Jarrett Grace, LB, Notre Dame

2012 Status: Filler on the depth chart
2013 Status: Filler on the depth chart, but potentially filled with off-the-charts depth

Unless you’re Brian Kelly — and I’m willing to wager you aren’t, because reading hilarious list-style blog pieces is not CHAMPION SHIT — you likely have no idea who Jarrett Grace is. And even then, Brian Kelly might not be all that aware of Grace’s existence (he’s never struck me as much of a people person).

But it doesn’t really matter who Jarrett Grace is as a football player or as a human being. The important thing is that he the guy behind Manti Te’o on Notre Dame’s depth chart and because he actually played this year and secured seven tackles (five unassisted) in his limited playing time, that’s all he is. But let’s suppose he knew way more about the Te’o situation than the rest of us, even to the point where he knew it was a fraud and it would end something like the way it did. Suppose he took the entire year off under mysterious circumstances and declared for the NFL draft the moment everything popped off. Surely there’d be questions, and he could answer with gnomic, cryptic jewels: “If only you knew what I did to protect not only that man, but myself”; “The hits I’ve taken in the past year dwarf any I would’ve suffered at the hands of Eddie Lacy”; things like that. The imagination runs wild. Jarrett Grace is the new Leon Sandcastle instead of the current Jarrett Grace.

Marcus Lattimore, RB, South Carolina

2012 Status: Comeback Player of the Year
2013 Status: Comeback Player of the Year, possibly in 2015. Or a sadder version of Robert Edwards

See, from most accounts Marcus Lattimore is one of the nicest guys in the world, the kind where his legs and earning potential get shredded to pieces and the first person you hear from is his mother or a tearful Steve Spurrier. In no way, shape, or form does he deserve such tragedy to befall him, and I say that even as a Georgia fan. But c’mon, you don’t think he’s getting in his teammate’s ear right now, saying “money over everything”?

But if Lattimore is proof of anything, it’s the absurdity of the term “injury-prone” being used like it applies to someone with a weak immune system. Look, if someone didn’t want to hire me because I have bad allergies and when I took the regular kind of Sudafed instead of the non-drowsy type, I was incapable of typing for an entire day, that’s fine. I can get allergy shots or drink Emergen-C or whatever. But I would imagine “being prone to injury” is a quality shared by anyone who partakes in a violent sport with an alarming frequency of its participants donating their brains to science. And by “alarming frequency,” I mean to say that it’s happened more than once.

But I digress. I won’t say, “go watch the clips of Marcus Lattimore’s injuries,” because no one in their right mind should watch those. But all the same, I’m fairly certain that the sort of Final Destination-style twists and turns on Lattimore’s knees would take anyone out. But now dude is “injury-prone,” and I wish NFL draft profiles would be more honest and just say “bad luck” instead.

De’Anthony Thomas, Freak of Nature, Oregon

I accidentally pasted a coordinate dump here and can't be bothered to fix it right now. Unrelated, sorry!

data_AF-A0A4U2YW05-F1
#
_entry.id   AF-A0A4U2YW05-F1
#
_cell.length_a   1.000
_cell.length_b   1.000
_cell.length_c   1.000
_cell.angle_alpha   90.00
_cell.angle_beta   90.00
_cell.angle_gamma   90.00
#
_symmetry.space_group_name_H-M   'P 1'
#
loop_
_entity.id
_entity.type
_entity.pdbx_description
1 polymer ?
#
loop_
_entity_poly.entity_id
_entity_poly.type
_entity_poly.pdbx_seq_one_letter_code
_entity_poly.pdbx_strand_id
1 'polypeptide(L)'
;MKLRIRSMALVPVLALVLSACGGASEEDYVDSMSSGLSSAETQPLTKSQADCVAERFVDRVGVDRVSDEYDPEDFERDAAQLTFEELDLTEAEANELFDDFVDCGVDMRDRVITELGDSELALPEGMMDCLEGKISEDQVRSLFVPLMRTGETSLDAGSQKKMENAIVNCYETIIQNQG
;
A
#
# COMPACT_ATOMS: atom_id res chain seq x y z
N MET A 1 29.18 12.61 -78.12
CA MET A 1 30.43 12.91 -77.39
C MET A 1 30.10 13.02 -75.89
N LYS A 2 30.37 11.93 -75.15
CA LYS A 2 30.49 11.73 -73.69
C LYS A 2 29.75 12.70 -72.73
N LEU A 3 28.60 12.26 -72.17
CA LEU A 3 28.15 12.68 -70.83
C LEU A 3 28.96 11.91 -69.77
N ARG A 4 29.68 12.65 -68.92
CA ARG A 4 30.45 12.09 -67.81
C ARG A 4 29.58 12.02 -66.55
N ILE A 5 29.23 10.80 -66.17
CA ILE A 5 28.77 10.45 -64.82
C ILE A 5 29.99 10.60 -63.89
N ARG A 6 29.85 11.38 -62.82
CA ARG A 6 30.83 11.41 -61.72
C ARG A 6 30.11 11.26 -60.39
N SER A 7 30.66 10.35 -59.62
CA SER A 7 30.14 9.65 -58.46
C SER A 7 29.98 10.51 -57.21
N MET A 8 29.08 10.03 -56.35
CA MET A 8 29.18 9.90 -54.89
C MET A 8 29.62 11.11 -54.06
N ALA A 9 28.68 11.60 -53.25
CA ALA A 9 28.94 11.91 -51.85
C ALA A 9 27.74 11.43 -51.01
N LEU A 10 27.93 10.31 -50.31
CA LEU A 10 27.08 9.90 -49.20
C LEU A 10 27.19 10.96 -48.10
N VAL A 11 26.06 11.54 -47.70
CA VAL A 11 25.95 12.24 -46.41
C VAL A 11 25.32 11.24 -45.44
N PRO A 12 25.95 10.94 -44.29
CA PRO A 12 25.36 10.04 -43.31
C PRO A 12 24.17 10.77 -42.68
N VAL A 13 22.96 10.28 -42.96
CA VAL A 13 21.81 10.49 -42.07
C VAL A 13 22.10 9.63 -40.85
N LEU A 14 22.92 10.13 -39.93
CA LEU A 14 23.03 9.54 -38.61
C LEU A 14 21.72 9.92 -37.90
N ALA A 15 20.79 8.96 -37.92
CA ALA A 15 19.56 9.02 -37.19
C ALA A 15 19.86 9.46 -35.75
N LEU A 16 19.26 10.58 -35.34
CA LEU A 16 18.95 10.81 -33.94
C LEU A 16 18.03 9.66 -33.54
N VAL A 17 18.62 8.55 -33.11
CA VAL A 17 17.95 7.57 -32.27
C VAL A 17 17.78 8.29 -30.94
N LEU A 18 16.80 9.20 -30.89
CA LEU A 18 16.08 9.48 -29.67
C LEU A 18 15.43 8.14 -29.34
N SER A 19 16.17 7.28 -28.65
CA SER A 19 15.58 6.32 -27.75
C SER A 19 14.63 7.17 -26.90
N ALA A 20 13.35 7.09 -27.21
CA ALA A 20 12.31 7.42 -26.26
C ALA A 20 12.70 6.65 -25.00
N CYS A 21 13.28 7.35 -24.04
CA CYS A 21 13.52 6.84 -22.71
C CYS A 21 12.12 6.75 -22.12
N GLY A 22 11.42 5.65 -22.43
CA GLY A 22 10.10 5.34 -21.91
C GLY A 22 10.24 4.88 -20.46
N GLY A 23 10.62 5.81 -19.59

2012 Status: 50 Cent’s Get Rich or Die Tryin’
2013 Status: Get Rich or Die Tryin’, The Movie

Vibe with me here for a bit. As you certainly know, 50 Cent’s epochal Get Rich or Die Tryin’ celebrated its 10th birthday recently, leading us to reflect on how many times people took up Fiddy on his offer to be called “Ferrari F-50” or “Flipper” (because he turns the money over).

Anyways, it was a hell of a narrative back when our fact-checking abilities weren’t as strong — guy takes the underground by storm and just when he’s about to go major, he gets shot, blacklisted, and models his comeback on some Count of Monte Cristo steez after Tony Yayo lends him the book (that last one may not have actually happened). I’m not saying De’Anthony Thomas had a bad year, but after his mindboggling yards-per-touch rate in 2011, what exactly could he do for an encore? Any time he doesn’t score a touchdown, it’s vaguely disappointing. He’s Get Rich or Die Tryin’, the movie — the point of overexposure.

But think about it, who can do more for DAT’s bottom line, Nike or Oregon? And who could do more for Nike’s bottom line, the football version of 50 Cent or a guy who, for all intents and purposes, might just turn out being somewhere in between Darren Sproles and Dexter McCluster? Why wouldn’t Nike do the following after Thomas’s triumphant 2011 season: DAT returns home to Compton and suffers a staged gang-related injury. No one knows if he’ll make it out alive, let alone if he’ll ever don the green, gold, silver, black, white, chrome, pewter, chartreuse, goldenrod, aquamarine, and indigo of the Oregon Ducks ever again. But, in a fit of charity, Phil Knight declares that no expense will be spared in using Nike technology to rehab him to becoming some kind of super weapon. They will show surveillance footage of him working out on space age exercise equipment in Beaverton, viral videos of him running the 40 in 4.2 while doing backflips. That’s the plot of the “In da Club” video; you could even have Xzibit do cameos. Compare that to making Tennessee Tech players look kinda silly and you get where I’m coming from.

Filed Under: College Football, Matt Barkley, Notre Dame, USC